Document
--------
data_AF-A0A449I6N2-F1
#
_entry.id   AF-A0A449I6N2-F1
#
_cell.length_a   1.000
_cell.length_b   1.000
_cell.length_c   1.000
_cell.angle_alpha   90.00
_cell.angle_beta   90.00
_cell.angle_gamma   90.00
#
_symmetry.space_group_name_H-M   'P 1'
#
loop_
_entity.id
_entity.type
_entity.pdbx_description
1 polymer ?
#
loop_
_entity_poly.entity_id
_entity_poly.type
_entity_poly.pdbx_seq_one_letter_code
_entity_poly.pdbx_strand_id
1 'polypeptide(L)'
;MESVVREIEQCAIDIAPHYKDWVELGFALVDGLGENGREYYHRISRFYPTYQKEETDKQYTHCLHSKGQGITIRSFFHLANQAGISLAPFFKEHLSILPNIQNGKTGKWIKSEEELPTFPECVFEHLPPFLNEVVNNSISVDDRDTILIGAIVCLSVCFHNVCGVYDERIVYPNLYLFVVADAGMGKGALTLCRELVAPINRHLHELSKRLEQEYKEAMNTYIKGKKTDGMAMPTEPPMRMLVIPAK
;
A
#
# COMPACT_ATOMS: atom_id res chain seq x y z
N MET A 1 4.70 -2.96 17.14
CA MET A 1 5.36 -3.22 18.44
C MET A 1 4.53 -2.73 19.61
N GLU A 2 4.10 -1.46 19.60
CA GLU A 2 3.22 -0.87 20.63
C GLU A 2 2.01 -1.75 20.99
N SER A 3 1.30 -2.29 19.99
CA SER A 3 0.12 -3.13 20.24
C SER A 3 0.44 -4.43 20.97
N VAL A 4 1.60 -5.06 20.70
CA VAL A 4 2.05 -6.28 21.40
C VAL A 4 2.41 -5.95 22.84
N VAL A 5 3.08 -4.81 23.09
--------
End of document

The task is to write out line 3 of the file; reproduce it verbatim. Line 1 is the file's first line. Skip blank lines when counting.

_entry.id   AF-A0A449I6N2-F1